What elite universities can learn about widening participation and values

This blog originally featured on the Exterion website, as part of their work on the widening participation agenda. It is co-authored by TCC Director David Evans and Exterion’s Karen Landles (PDF of the blog here).


In 2013 Ferdinand von Prondzynski, the principal of Robert Gordon University (RGU) in Aberdeen, caused a minor kerfuffle among academics when he criticised the idea of ‘learning for its own sake’. Von Prondzynski wrote that higher education is only of value if it “empowers, civilises and innovates.”

His words, which very much came from the perspective of a non-‘traditional’ university (RGU was only established in 1992), prompted criticism from several academics at ‘elite’ institutions. One argued that there should be more to academia than its contribution to a country’s GDP.

This small episode was brought to mind in the light of recent qualitative work we at TCC did on widening participation. The research, which was for a leading Russell Group member, sought to understand how the university could attract youngsters from deprived backgrounds – those whose parents had not been away to study themselves.

Our findings revealed very different concerns among student applicants from atypical backgrounds to those with middle-class or university-educated upbringings. There were greater anxieties about going to university, and different priorities in decision-making about where to go – with career progression, personal achievements and economic outcomes higher up the list. Learning as a higher calling or a sense of intellectual enrichment was mentioned by almost no one. Nor was there as much focus on university as an ‘experience’.

Anxieties, meanwhile, tended to be about the safety of going to university, and about practical considerations like the possibility of finding part-time work there without the help of existing networks. Most hadn’t heard of the city we were working for (which was in a remote part of the country) – let alone the academic institution itself.

This made choices about where to study more cautious, with those from deprived backgrounds more likely to stick closer to home. Parents were less able to give a steer on applications meanwhile – meaning much more reliance on teachers as influencers.

In terms of values, the findings were similar to our 2016 work for the TUC on Britain’s ‘young core workers’ (that is low-paid, in-work 20-somethings, not in full-time education). Our TUC analysis found that the values of young core workers tended to be “image-conscious and individualistic, motivated by opportunity, competition and convenience” – and the youngsters we interviewed about widening participation were very much the same.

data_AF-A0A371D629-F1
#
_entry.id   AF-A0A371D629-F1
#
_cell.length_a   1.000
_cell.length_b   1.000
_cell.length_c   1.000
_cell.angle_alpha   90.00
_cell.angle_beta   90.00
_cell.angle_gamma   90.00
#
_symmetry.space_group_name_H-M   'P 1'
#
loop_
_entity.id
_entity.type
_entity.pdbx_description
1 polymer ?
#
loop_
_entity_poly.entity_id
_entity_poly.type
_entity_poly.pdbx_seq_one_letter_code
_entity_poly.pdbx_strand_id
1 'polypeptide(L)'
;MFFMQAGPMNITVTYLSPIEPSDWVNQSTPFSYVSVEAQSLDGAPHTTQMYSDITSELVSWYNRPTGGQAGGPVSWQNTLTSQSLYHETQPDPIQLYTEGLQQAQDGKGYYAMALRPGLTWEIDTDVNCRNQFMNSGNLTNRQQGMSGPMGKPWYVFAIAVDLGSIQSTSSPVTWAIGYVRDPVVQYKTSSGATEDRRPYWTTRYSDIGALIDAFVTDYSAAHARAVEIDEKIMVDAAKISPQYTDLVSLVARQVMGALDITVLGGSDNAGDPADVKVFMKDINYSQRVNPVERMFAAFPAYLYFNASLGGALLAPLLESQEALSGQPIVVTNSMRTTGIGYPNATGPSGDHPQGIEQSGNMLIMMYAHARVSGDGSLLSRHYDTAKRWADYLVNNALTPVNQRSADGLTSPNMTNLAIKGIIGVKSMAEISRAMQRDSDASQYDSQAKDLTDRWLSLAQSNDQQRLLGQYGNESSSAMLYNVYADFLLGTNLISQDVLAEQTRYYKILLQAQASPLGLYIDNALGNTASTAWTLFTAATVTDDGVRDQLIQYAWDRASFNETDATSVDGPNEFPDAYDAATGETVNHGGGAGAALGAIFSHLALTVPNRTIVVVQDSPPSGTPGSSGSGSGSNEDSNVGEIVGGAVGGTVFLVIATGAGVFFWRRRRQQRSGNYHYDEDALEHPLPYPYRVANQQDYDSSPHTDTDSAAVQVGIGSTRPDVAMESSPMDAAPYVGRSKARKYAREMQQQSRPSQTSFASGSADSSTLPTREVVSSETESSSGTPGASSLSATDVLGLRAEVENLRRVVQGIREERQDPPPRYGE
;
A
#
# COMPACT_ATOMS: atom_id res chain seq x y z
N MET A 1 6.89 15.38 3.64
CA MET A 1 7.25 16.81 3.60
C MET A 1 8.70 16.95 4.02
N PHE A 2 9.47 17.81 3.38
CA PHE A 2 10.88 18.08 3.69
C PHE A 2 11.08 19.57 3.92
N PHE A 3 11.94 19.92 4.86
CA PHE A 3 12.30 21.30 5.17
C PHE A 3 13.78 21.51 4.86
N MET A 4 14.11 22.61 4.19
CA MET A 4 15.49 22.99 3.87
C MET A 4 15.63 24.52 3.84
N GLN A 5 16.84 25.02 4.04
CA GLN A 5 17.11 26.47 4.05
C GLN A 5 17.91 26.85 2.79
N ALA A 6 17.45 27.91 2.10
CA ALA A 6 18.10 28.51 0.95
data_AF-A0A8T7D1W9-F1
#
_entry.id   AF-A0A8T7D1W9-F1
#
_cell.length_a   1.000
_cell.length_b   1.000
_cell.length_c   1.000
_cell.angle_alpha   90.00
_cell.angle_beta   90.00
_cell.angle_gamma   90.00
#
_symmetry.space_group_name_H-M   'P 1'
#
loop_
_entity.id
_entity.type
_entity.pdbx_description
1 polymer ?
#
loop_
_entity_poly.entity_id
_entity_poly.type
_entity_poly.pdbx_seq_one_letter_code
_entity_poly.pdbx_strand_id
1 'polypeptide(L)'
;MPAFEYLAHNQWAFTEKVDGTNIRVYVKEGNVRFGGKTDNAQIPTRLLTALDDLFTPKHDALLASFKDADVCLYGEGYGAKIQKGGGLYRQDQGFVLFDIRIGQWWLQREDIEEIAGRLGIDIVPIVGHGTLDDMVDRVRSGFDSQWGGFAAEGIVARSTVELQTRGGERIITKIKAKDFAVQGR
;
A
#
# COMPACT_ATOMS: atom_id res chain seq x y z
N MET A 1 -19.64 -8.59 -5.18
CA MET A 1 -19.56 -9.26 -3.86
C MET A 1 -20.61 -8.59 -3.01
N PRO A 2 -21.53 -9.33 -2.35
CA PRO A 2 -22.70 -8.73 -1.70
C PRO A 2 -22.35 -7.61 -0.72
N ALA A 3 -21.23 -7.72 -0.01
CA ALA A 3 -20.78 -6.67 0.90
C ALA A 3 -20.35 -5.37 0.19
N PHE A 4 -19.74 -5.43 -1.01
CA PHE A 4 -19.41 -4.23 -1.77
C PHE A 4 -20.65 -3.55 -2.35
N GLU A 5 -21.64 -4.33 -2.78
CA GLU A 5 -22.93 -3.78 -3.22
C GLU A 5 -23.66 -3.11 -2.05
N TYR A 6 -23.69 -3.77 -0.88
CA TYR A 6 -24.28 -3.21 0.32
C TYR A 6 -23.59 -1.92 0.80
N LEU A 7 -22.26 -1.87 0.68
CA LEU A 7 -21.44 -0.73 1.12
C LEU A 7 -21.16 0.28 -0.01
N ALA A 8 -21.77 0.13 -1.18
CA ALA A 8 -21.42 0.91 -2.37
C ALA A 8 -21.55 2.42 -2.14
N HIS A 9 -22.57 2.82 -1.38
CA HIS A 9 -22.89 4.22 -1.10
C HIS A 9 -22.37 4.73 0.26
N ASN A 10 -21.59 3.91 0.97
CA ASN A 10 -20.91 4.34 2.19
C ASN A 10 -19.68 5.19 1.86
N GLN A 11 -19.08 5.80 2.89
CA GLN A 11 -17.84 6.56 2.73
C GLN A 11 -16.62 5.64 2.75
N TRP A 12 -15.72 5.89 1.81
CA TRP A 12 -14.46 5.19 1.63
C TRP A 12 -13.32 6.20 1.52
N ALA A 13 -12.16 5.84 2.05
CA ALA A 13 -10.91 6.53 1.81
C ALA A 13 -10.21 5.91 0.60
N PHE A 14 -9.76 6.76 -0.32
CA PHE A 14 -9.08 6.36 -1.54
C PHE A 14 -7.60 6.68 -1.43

Post-materialistic ideas of personal discovery – of learning ‘for its own sake’ or as an ‘end in itself’ – simply didn’t register with this ambitious, common-sense cohort. Nor did the idea of higher education as an immersive experience or a place to meet different people.

In this light, Russell Group institutions’ longstanding failure to attract those from poorer backgrounds – which is stark, even compared to newer and less revered universities – starts to make sense. Almost everything about the pitch put forward by the top universities and colleges is about the post-materialist opportunity of going away somewhere different. It’s the promise of becoming intellectually enlightened or emotionally enriched; a promise of thought, not action, and of heart not head.

So, whether or not you agree with von Prondzynski about ‘learning for its own sake’ as a phenomenon – and the aim of this article isn’t necessarily to knock it – there can be no double that, as an ethos, it’s one of the least likely ways of attracting students from poorer backgrounds.

The less decorated HE institutes, which do a far better job of attracting students from deprived backgrounds, seem to have understood this. If you look at the adverts of South Bank University, with its ‘Be in demand’ strapline (see stills from the advert below and above) – or of De Montford or the Open University, for that matter – they’re far more geared to the concerns and values of poorer applicants.

Of course, there are a structural challenges that go beyond this, and which are at least as significant as how universities market themselves. The Oxbridges of this world have higher grade requirements, which mean that, as others have pointed out, inequalities have long since kicked in by the time young people get to 18 or 19. And there may well exist genuine cultural barriers and biases in Russell Group admissions processes, too.

But you nevertheless can’t help thinking, looking at the real-world insights displayed by institutions further down the league tables, that elite institutions could learn a thing or two from their less prestigious counterparts.